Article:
Jeremy put down whatever his reserve was, I don’t recall what it was, and then I put Nourkias on the left roof to protect him from any scary things that might come a callin’. I figured it would be fine to do so, because he’s got Super Jump and can therefore get off the roof pretty easily.

Turn 1

Top of 1 – O-12

We start the game just by talking out Jeremy’s plan. Just a refresher, here’s the points breakdown:

  • 2 points per box held at the end of the game.
  • 2 points for having more boxes than your opponent
  • 2 points for having all the boxes

In short, you want to have at least 3 specialists alive at the end of the game, each of which is holding a box. The key phrase is “at the end of the game,” and I mention this to Jeremy. There are basically two schools of thought, I tell him:

  • Get the boxes ASAP – Steal the boxes, retreat, and build a fortress.
  • Steal the boxes from your opponent – Let your opponent deal with your defense and get the boxes, then break your opponent’s fortress and undo their work.

I’m more of a proponent of the second plan, and my list is sort of geared to support that, but then again, so is Jeremy’s with the two Deltas. Jeremy decides to just go get the boxes and try it out. Very reasonable choice! He uses the nearest Oko to push forward and try to get the box on his left. I’ve got an M-Drone watching that firelane and I elect to take the shot in ARO. Jeremy makes a surprising choice and instead of shooting my M-Drone, he declares dodge! If we look at the odds for dodge, we see that I’ve got a 41.48% chance to take out the Oko Copperbot, where he has a 58.52% chance of survival.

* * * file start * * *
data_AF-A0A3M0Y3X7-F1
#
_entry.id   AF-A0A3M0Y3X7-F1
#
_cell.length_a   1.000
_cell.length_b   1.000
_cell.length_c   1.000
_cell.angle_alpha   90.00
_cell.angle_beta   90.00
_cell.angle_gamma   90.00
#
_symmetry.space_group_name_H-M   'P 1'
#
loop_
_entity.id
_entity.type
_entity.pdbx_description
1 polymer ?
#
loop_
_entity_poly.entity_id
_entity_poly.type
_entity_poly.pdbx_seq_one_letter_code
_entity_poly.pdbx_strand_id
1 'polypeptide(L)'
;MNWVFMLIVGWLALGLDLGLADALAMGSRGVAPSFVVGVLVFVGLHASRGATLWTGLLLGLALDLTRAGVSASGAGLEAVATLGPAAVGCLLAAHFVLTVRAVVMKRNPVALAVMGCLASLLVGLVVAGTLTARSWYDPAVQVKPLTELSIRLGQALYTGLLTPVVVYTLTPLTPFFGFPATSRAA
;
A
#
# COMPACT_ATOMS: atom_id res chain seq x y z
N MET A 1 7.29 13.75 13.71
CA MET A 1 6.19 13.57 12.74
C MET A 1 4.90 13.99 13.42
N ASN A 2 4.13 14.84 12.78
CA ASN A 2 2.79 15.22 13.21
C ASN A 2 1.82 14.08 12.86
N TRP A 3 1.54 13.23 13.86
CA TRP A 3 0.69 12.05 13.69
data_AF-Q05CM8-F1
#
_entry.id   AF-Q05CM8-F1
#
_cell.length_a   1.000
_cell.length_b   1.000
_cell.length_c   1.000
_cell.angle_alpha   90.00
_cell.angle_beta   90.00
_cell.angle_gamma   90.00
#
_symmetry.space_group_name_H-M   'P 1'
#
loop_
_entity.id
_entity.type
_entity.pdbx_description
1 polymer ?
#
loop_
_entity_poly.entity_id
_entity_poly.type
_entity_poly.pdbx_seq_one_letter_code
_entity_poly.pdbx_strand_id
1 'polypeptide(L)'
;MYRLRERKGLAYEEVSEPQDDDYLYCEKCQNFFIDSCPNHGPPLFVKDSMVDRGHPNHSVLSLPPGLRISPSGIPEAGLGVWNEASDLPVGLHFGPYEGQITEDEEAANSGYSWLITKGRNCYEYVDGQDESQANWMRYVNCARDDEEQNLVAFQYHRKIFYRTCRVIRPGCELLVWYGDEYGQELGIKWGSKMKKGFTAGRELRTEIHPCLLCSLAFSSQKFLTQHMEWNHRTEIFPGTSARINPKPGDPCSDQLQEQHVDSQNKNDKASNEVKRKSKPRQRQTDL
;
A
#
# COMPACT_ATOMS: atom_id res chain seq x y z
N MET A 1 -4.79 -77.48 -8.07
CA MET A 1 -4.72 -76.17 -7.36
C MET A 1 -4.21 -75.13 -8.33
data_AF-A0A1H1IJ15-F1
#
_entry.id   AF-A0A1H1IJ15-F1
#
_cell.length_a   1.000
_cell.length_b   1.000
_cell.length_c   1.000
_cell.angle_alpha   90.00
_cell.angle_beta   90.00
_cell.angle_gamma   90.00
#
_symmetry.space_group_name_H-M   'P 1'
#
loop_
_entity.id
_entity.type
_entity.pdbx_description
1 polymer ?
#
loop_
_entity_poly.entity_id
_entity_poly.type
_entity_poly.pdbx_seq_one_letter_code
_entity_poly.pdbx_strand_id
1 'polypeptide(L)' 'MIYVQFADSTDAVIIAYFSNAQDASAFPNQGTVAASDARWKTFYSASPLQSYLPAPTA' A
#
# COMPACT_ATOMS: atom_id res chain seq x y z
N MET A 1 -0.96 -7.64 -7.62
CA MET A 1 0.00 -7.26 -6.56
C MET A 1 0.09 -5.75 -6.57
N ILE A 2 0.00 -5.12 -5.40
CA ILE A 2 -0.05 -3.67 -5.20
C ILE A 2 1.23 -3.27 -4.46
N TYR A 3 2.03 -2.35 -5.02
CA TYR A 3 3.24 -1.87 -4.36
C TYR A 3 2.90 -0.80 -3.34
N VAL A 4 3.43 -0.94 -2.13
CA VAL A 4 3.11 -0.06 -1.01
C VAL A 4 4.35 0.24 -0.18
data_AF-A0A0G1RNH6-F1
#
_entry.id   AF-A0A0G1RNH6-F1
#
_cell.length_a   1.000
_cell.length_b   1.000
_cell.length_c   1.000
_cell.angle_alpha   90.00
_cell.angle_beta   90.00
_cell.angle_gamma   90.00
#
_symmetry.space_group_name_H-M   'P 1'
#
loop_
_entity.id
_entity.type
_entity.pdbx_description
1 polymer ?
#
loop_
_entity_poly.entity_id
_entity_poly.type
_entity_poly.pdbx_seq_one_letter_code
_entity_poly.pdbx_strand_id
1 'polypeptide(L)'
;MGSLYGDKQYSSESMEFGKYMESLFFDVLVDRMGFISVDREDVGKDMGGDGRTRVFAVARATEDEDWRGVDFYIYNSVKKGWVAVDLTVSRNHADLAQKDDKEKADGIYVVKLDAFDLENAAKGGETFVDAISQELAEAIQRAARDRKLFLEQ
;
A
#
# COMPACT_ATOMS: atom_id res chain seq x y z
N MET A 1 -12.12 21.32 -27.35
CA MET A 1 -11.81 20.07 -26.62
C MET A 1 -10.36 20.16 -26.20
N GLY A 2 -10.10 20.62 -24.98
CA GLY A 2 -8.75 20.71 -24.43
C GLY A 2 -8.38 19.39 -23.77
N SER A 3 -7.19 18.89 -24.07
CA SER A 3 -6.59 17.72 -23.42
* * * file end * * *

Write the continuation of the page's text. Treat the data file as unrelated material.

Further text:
41.48 41.02 17.50

The odds for the Oko Copperbot shooting are much better, with a 76% chance of survival and even a 41.83% chance of taking out my M-Drone.

24.00 34.17 41.83

Very risky. I’m only running the numbers now as I write this, but my experience was enough to recommend against taking the Dodge during our game. Jeremy insisted, because he wanted the extra movement, going as far as to say that he values extra movement highly because of his experiences with Warmahordes. That makes a lot of sense to me–when I first started playing Android: Netrunner, I would often spend entire turns just drawing cards because Magic: the Gathering had trained me to value card draw so highly. Anyway. While the extra movement is useful in some cases, having a living specialist is WAY more useful than having a dead one that’s a few inches forward. This is especially true because the Oko is 6-4, i.e. fast enough to just get into base to base with the central objective with two moves, so it’s not necessary in this case.

Anyway, nothing happens because we roll poorly and Jeremy just pushes the Oko bot into base to base with the console on the next order. I reveal my Shrouded Hacker out of Line of Fire and declare Carbonite while my M-Drone shoots. I explain to Jeremy that he has a few options:

  • Shoot the M-Drone – Best odds, see math above, but gives me a free Carbonite.
  • Reset against Carbonite – Carbonite isn’t lethal, you can reset out of it, and the M-Drone’s gun is lethal.
  • Dodge – Gives me a free Carbonite, but worse odds than shooting.
  • Get the Box – Hope I fail my rolls or you pass ARM/BTS.

The worst option for me is definitely for Jeremy to shoot the M-Drone. I don’t want to lose the order, and I’d rather take out the Oko than Immobilize it, but really I’m just trying to bleed Jeremy’s orders so I’m not having to deal with a bunch of Deltas raining from the skies. He decides to go with the best odds and shoot, successfully taking out the M-Drone while I fail my Carbonite.

His next order sees the Oko grab the box–he asks if he should reset against a follow up Carbonite. I tell him he should just run away with the box, because even if I succeed at an unopposed Carbonite he’ll end out of hacking range and can just reset out of it. If he stays there, I’ll just keep hacking him as he tries to do anything. He runs away and tucks the Oko behind the nearest building.

Jeremy decides to get a second box and goes and grabs the middle box with one of his PSI-COps. I don’t know why CB spells it that way with the capital O… I Spotlight it with both Shrouded, mostly just to show Jeremy the range of my second, newly revealed Shrouded and to try and trick him into resetting. He doesn’t fall for it and just grabs the box and runs away, at which point I Spotlight him again for fun.